sin, his M-ork, that he might destroy the works of
the devil ; for sin is the great engine of hell, by
which he overthroweth all that perish. Now this
did Christ destroy, by taking on him the similitude
of sinful flesh ; of which more anon.

3. " That he might destroy him that had the
power of death, that is the devil, and deliver them."
This was the thing in chief intended, that he might
deliver the children, that he might deliver them



A DISCOURSE OF JESUS CHRIST.



125



from death, the fruit of their sin, and from sin, the
sting of that death. " That he might deliver them,
who through the fear of death, were all their life-
time subject to bondage." He took flesh, therefore,
because the children had it ; and that he might die
for the children, and deliver them from the works
of the devil ; that he might deliver them. No de-
liverance had come to the children if the Son of
God had not taken their flesh and blood. There-
fore he took our flesh that he might be our Saviour.

Again, in a Saviour there must be not only merit,
but compassion and sympathy; because the children
who are to live by faith, are not yet come to the
inheritance. " It behoveth him, therefore, in all
things to be made like unto his brethren, that he
might be a merciful and faithful High -priest in
things pertaining to God, to make reconciliation for
the sins of the peo23le." (Heb. ii. 17, 18.)

Two reasons are rendered in this text, why he
must take flesh ; namely, that he might be their
Priest, to offer sacrifice, to wit, his body and blood
for them ; and that he might be merciful and faith-
ful, to pity and preserve them unto the kingdom
appointed for them.

Mark you, therefore, how the Apostle, when he
asserteth that the Lord Jesus took our flesh, urgeth
the reason why he took our flesh : that he might
destroy the devil and death, that he might deliver
them. It behoved him to be made like unto his
brethren, that he might be merciful and faithful,
that he might make reconciliation for the sins of
the people. The reason, therefore, why he took
our flesh is declared, to wit, that he might be our
Saviour. And hence you find it so often recorded,
He hath " slain the enmity by his flesh ;" " And
you, who were sometimes aliens and enemies in
your minds by wicked works, yet now hath he
reconciled, in the body of his flesh, through death,
to present you holy and unblameable in his sight."
(Eph. ii. 15, 16. Col. i. 21, 22.)

How he tooh flesh.

Second. I come now to the second question, to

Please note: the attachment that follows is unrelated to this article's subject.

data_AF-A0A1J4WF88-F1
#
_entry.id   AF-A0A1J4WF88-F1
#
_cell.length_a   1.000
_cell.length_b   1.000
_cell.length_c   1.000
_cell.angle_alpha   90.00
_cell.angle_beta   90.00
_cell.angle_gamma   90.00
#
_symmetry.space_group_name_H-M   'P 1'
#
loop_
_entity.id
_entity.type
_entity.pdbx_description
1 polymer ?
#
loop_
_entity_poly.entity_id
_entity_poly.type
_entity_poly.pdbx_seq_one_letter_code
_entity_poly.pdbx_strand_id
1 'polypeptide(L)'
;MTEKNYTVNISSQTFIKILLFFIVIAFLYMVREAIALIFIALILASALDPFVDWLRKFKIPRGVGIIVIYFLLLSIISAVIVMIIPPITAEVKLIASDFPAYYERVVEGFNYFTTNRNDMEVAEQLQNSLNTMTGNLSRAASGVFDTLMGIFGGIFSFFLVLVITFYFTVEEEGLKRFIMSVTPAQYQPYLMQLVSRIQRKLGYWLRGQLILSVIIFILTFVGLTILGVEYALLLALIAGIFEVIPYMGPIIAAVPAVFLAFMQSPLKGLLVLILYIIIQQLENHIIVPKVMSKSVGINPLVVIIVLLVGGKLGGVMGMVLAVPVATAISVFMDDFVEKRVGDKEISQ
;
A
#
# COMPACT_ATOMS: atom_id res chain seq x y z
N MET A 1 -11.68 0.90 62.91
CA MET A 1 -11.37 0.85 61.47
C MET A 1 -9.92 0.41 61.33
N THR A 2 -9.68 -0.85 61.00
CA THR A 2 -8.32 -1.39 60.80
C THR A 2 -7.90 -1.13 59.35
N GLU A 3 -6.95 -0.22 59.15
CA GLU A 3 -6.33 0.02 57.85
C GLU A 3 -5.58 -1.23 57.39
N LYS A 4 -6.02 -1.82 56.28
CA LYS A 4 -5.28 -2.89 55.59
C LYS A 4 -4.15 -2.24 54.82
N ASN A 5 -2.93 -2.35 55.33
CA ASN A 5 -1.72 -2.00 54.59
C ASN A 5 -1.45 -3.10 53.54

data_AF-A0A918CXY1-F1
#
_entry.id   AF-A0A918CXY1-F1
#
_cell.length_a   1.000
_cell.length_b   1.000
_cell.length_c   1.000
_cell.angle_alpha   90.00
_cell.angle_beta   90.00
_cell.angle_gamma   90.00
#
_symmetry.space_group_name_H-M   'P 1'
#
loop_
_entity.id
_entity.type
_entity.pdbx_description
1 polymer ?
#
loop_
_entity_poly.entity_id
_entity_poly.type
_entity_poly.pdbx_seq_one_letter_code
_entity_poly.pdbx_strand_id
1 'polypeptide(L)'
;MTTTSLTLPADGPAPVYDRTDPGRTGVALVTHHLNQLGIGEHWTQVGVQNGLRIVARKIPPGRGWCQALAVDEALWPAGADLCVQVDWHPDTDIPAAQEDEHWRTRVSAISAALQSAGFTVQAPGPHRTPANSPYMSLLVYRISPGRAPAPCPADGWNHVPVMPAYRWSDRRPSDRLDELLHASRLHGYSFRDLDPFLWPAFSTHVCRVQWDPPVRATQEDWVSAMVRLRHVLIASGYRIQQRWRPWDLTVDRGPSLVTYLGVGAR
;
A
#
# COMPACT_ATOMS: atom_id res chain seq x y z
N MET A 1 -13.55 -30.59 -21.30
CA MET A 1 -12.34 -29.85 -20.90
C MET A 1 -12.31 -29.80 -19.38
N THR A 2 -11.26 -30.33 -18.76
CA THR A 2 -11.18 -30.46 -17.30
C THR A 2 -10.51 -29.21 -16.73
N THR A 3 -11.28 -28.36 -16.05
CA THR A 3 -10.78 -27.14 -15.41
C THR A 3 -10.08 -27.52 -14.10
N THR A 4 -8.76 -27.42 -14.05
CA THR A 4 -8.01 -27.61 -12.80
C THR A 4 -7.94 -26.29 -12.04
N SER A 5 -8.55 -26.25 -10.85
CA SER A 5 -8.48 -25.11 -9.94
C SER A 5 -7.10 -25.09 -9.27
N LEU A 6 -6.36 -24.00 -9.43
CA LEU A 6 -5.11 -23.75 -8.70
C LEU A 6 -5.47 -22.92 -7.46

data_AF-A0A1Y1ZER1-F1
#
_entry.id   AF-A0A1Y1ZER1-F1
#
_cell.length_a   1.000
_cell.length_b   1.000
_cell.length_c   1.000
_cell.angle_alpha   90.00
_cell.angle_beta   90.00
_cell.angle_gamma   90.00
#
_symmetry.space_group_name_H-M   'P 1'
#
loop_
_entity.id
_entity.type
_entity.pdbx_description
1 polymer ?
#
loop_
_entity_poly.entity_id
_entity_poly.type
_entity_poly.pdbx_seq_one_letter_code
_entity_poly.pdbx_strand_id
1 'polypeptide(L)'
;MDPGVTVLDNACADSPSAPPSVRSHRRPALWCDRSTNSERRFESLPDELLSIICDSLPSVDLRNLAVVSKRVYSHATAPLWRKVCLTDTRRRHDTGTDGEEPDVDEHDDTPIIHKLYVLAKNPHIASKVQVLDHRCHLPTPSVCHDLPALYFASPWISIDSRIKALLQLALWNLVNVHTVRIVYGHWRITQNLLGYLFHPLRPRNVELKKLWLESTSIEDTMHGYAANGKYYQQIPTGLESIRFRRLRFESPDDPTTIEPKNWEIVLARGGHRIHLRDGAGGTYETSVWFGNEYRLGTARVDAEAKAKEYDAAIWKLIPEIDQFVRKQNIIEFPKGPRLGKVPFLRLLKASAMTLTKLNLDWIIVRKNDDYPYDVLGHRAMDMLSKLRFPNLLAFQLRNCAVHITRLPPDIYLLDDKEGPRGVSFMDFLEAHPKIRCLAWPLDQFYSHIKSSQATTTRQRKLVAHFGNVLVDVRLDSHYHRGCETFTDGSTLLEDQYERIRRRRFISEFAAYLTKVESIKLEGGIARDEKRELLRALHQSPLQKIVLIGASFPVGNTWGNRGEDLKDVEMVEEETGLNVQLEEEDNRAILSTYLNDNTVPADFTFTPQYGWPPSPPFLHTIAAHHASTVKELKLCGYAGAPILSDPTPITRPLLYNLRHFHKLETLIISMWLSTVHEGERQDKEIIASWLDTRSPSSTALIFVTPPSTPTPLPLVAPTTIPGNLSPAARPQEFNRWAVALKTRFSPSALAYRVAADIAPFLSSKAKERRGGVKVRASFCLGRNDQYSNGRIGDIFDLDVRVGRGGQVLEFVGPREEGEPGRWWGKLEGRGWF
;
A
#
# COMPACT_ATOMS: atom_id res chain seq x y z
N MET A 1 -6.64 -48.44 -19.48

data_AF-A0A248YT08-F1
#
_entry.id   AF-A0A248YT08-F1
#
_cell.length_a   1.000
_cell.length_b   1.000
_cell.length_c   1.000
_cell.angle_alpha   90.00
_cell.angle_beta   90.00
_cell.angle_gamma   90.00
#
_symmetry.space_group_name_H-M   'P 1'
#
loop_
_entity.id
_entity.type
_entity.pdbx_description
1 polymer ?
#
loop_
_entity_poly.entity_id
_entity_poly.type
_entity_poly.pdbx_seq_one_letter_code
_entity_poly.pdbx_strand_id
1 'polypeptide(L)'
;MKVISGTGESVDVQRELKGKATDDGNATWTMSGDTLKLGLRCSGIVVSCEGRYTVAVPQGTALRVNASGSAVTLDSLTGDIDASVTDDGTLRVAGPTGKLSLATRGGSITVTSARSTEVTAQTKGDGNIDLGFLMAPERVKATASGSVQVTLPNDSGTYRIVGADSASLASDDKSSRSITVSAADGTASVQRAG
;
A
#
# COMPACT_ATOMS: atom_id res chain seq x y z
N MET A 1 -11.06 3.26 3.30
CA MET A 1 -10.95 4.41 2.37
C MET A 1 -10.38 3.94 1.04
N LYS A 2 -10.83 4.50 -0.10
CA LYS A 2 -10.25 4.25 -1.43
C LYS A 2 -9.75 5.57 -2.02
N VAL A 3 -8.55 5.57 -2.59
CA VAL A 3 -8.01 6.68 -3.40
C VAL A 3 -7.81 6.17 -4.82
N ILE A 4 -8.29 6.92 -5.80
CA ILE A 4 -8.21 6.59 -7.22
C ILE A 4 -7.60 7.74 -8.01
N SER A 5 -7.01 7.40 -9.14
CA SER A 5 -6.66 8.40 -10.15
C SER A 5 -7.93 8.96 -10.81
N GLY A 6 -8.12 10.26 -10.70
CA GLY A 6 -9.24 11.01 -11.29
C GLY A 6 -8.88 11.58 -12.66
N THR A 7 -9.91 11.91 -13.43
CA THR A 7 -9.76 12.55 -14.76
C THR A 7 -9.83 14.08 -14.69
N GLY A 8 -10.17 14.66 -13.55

wit — how he took our flesh. This must be inquired
into, for his taking flesh was not after the common
way ; never any took man's flesh upon him as he,
since the foundation of the world.

1. He took not our flesh like Adam, who was
formed out of the ground : " who was made of the
dust of the ground." (Gen. ii. 7; iii. 1*J). 2. He
took not our flesh as we do by carnal generation.
Joseph knew not his wife, neither did Mary know
any man, till she had brought forth her first-born
Son. (IVIatt. i. 25; Luke i. 31). 3. He took
flesh, then, by the immediate working and over-
shadowing of the Holy Ghost. And hence it is
said expressly, " She was found with child of the
Holy Ghost." (Matt. i. 18.) " Now the birth of
Jesus Christ was on this wise : when as his mother
Mary was espoused to Josej^h," before they came
together, " she was found with child of the Holy
Ghost." And hence, again, when Joseph doubted



of her honesty, (for he perceived she was with
child, and knew he had not touched her,) the
angel of God himself comes down to resolve his
doubt, and said, "Joseph, thou son of David, fear not
to take unto thee Mary thy wife, for that which is
conceived in her is of the Holy Ghost." (Matt. i. 20.)

But, again, though the Holy Ghost was that by
which the child Jesus was formed in the womb, so
as to be without carnal generation — yet was he
not formed in her without, but by, her conception.
" Behold, thou shalt conceive in thy womb, and
bring forth a Son, and shall call his name Jesus."
(Luke i. 31.) Wherefore he took flesh not only
in, but of the Virgin. Hence he is called her Son,
the seed of the woman. And hence it is also that
he is called the seed of Abraham, the seed of
David ; their seed according to the flesh. (Gen. xii.)

And this the work he undertook, required : 1. It
required that he should take our flesh. 2. It re-
quired that he should take our flesh without sin,
which could not be had he taken it by reason of a
carnal generation ; for so all children are conceived
in, and polluted with sin. (Ps. Ii.) And the least
pollution, either of flesh or spirit, had utterly
disabled him for the work, which to do he came
down from heaven. Therefore, " such an High-
priest became us, who is holy, harmless, undefiled,
separate from sinners, and made higher than the
heavens." (Heb. vii. 26.)

This mystery of the incarnation of the Son of
God was thus completed, I say, that he might be
in all points like as we are, yet withotit sin ; for sin
in the flesh disableth, and maketh incapable to do
the commandment. Therefore was he thus made,
thus made of a woman ; and this the angel assign-
eth as the reason of this his marvellous incarna-
tion ; " The holy Ghost," saith he, " shall come
upon thee, and the power of the Highest shall
overshadow thee ; therefore also that holy thing
that shall be born of thee shall be called the Son of
God." (Luke i. 35.)

The overshadowing of the Holy Ghost, and the
power of the Highest, the Father and the Holy
Ghost, brought this wonderful thing to pass, for
Jesus is a wonderful one in his conception and
birth. This mystery is that next to the mystery
of three persons in one God. It is a great mystery :
" Great is the mystery of godliness ; God was
manifested in the flesh."

The conclusion is, that Jesus Christ took our
flesh that he might be a Saviour; and that he might
be our Saviour indeed, he thus took our flesh.

That it was necessary that he should taJce our flesh,
if lie ivill be our Saviour.

Third. I come now to the third thing, namely,
that it was necessary that he should take our flesh